The recent happenings at the University of Oklahoma and the SAE fiasco opened up a can of worms in some ways regarding the racist past of predominately white fraternities. An Emory University professor examines the link between bigotry, slavery and the roots America’s oldest colleges, revealing a shocking connection that adds fuel to the growing conversation on race relations.
Leslie M. Harris, an associate professor of History and African American Studies at Emory, wrote a long-form piece for academic and research news site, The Conversation US. In the essay, Professor Harris looks as the recent spat of snafus at schools such as Clemson Universtiy, North Carolina State University, and the University of Oklahoma.
Harris digs deeper by looking at the roots of Clemson University, which currently houses a hall named after Benjamin Tillman, an individual known for his racist practices. There is an effort at the school to have the hall renamed.
More from The Conversation US:
Tillman was not the only one. The University of North Carolina trustees are considering a request this week to rename Saunders Hall. The building was named in 1922 for William Saunders, a leader of the North Carolina Ku Klux Klan.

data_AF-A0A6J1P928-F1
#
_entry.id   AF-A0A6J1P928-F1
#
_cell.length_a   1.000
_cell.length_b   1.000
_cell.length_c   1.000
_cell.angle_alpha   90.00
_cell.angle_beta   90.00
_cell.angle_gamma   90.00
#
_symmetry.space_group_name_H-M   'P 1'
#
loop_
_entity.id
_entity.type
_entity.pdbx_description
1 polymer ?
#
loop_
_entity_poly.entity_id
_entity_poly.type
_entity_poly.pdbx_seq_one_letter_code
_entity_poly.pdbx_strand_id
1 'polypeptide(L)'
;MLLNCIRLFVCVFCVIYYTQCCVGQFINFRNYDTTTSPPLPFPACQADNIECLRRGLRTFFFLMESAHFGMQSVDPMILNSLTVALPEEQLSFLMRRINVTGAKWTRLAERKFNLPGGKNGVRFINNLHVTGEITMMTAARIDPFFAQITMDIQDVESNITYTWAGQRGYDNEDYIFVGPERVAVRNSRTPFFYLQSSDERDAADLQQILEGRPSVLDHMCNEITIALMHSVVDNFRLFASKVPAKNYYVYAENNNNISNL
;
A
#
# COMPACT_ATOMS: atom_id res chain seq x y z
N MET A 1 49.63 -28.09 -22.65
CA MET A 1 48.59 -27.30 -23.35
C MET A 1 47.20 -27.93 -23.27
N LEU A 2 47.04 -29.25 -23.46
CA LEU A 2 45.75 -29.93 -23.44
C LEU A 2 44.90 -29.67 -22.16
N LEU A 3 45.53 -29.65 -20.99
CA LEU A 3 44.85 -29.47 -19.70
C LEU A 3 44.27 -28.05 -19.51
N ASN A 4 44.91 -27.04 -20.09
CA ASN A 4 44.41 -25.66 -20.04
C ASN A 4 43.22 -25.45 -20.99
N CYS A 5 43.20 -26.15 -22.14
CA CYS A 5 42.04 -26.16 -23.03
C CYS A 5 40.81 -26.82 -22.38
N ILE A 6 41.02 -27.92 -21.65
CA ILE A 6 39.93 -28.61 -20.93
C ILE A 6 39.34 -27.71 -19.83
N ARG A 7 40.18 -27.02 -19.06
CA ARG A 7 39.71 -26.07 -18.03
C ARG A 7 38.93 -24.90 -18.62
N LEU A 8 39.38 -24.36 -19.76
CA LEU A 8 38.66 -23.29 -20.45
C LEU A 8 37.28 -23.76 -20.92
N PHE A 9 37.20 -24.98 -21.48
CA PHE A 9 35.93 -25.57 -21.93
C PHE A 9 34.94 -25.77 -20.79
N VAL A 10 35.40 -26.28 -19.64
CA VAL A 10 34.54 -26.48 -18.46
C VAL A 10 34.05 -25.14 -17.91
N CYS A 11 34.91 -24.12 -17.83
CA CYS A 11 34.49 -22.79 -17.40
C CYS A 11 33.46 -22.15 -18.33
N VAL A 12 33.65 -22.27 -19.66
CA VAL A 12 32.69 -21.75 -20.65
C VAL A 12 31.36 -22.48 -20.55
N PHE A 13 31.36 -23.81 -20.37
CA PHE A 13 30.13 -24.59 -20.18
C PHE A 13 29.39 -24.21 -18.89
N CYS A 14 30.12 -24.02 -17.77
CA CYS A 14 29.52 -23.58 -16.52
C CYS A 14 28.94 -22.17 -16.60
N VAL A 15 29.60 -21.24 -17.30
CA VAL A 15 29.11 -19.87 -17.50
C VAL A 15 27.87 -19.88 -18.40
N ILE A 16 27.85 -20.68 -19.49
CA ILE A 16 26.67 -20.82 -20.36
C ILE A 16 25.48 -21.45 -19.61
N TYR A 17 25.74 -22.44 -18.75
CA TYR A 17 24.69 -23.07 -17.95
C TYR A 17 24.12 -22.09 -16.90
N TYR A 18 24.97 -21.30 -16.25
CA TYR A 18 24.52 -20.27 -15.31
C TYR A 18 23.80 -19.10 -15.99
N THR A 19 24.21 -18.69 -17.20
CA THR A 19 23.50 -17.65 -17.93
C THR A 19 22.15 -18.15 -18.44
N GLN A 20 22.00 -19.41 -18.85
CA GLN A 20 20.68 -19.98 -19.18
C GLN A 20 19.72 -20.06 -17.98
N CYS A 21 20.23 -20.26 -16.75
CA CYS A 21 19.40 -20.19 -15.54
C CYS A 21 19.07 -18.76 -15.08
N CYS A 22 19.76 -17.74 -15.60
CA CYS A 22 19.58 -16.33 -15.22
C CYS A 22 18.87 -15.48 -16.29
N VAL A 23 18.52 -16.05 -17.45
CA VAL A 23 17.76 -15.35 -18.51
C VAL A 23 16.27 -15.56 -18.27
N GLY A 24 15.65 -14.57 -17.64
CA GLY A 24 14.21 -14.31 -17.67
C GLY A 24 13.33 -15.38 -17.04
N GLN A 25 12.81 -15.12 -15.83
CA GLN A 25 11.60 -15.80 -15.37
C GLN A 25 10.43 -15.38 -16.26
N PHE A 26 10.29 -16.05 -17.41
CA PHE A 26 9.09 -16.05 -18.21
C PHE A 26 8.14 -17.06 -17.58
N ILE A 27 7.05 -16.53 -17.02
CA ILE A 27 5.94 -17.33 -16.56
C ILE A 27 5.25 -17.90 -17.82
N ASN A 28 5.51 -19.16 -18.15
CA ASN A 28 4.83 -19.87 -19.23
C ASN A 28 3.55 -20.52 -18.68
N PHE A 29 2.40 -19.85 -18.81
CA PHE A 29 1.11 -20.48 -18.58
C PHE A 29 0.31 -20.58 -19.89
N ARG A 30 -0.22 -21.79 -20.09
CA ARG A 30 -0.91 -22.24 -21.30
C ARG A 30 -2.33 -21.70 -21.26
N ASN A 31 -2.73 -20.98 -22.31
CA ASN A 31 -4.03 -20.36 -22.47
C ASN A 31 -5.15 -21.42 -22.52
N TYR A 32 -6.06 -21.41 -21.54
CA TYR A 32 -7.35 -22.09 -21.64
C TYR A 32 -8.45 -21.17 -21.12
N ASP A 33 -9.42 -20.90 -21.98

Buildings named after participants in racial violence and songs celebrating the segregation as well as the lynching of black people are not merely offensive. They recall the violence used to maintain all-white institutions for much of this country’s history.
In fact, colleges and universities historically have supported hierarchies of race and other forms of difference from their founding in the colonial era through the civil rights struggles of the late-20th century.
Read the rest of Harris’ fascinating examination of the segregated past of America’s oldest colleges by clicking here.
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